Solar Installations Doubled Last Year, With California Leading the Way
The amount of photovoltaic solar panels installed in the United States more than doubled from 2010 to 2011, representing a historic year for the American solar industry.
A year-in-review report jointly released Wednesday by the Solar Energy Industries Association and GTM Research found that 1,855 megawatts were installed nationwide in 2011, up from 887 megawatts in 2010 — for a growth of 109 percent.
“After a record-breaking 2011, the U.S. has proved itself as a viable market for solar on a global scale,” says the executive summary of the report. “In 2011, the U.S. market’s share of global (photovoltaic) installations rose from 5 percent to 7 percent and should continue to grow. We forecast U.S. market share to increase steadily over the next five years, ultimately reaching nearly 15 percent in 2016.”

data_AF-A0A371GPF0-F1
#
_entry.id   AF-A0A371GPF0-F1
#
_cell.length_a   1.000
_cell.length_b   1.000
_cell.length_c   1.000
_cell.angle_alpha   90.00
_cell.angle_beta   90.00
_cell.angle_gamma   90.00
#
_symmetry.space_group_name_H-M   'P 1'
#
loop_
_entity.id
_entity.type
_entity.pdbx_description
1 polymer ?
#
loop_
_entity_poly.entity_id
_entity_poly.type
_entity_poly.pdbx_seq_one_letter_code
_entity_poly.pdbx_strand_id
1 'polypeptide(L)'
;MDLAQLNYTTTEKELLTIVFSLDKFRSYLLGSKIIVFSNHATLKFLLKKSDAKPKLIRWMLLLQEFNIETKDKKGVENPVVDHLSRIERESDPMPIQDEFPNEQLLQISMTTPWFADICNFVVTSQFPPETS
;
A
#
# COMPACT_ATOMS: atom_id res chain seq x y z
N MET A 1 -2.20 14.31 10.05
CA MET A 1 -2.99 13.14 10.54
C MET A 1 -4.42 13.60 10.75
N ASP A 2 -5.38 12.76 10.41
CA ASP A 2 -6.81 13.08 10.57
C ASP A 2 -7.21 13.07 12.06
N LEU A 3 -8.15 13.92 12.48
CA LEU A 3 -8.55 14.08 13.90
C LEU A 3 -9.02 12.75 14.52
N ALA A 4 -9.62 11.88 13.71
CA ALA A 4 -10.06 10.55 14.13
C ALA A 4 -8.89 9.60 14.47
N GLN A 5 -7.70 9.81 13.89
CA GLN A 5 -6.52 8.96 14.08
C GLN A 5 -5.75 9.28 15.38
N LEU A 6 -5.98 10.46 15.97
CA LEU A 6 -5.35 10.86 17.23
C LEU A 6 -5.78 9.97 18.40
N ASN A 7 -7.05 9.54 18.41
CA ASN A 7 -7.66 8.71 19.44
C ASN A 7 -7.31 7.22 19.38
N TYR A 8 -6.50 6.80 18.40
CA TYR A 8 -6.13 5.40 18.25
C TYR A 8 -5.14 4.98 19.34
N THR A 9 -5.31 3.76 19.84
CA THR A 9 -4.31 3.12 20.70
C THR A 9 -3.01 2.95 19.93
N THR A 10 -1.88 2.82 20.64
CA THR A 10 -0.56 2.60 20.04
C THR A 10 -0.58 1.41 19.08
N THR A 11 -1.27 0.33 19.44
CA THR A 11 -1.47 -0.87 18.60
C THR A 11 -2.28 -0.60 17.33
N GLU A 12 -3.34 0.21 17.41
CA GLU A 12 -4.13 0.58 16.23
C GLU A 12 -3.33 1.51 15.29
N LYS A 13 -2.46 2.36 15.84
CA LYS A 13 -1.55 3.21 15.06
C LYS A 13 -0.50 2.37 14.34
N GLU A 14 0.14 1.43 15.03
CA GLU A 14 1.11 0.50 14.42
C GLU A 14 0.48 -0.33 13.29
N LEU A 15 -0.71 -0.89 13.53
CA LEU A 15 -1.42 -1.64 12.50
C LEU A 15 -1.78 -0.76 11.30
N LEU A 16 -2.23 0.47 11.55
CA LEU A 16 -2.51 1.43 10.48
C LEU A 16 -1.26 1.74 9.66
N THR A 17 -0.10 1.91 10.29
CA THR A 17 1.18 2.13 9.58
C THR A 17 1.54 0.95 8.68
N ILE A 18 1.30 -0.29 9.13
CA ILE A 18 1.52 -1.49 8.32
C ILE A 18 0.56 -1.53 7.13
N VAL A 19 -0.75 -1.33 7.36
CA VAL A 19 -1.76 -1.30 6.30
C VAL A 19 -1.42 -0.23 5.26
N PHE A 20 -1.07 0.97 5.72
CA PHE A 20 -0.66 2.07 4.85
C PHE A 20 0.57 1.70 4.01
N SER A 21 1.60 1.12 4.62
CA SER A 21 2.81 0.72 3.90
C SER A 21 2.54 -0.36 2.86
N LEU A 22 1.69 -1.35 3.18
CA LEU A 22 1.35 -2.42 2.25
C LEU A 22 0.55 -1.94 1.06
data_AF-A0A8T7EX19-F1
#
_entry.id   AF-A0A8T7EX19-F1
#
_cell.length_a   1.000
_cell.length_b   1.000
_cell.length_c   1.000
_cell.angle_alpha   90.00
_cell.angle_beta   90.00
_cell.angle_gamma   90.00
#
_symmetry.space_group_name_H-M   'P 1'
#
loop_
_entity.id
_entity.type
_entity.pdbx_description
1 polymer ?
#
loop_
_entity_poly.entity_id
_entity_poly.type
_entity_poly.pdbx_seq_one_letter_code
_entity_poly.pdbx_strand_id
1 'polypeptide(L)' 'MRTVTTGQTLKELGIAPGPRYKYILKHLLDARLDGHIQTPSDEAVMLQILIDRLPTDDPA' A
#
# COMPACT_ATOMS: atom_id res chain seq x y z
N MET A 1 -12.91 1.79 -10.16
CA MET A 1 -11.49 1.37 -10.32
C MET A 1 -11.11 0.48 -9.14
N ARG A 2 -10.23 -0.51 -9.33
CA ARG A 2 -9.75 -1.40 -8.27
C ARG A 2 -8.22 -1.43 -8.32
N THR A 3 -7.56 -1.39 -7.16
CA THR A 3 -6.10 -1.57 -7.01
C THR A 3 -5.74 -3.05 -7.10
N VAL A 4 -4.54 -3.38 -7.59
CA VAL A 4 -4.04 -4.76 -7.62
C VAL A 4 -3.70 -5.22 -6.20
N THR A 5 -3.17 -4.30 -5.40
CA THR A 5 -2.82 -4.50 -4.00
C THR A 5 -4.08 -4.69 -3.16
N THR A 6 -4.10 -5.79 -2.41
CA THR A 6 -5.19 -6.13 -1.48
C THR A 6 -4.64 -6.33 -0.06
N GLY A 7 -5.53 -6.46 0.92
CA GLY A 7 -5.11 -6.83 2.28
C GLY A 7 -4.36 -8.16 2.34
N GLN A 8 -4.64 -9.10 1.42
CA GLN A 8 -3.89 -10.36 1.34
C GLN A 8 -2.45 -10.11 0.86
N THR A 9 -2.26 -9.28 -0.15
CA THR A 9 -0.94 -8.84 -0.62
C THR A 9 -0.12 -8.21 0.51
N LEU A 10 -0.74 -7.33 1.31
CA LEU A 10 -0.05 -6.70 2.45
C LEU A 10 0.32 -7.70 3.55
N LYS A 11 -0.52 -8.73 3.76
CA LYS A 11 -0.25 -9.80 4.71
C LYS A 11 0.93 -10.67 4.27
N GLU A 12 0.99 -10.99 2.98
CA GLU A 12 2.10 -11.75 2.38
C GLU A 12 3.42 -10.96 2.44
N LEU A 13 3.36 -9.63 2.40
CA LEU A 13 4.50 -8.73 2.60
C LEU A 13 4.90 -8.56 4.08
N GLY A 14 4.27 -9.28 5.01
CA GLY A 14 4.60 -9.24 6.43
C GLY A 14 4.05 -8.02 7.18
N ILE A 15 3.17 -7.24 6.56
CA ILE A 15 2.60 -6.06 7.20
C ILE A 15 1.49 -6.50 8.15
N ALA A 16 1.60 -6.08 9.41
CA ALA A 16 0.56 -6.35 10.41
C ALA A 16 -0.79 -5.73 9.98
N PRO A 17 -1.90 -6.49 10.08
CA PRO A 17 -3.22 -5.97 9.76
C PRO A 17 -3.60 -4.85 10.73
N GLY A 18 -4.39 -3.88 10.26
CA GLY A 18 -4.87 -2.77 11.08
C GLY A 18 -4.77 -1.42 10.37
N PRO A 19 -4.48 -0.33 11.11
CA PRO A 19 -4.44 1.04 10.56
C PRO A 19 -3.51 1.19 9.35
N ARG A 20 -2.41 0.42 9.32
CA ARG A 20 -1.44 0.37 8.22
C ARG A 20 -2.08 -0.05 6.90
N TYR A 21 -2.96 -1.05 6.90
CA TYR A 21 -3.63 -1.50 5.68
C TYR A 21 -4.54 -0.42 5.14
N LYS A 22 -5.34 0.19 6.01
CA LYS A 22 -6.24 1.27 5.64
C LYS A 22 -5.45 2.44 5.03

Installation figures for photovoltaic, or PV, solar panels, which convert sunlight directly into electricity, include those on homes and businesses as well as much larger, utility-scale power plants.
One megawatt is enough to power about 750 to 1,000 homes. But because the sun doesn’t shine all the time, solar industry experts typically say that 1 megawatt of solar power capacity is sufficient to power about 200 households.
California continued to lead the nation, installing 542 megawatts, accounting for 29 percent of all installations in the country. Next came New Jersey, Arizona and New Mexico.
More than 61,000 individual solar projects were completed in 2011, including many large installations serving commercial or utility scale clients.
There were 28 projects larger than 10 megawatts each, up from just two in 2009.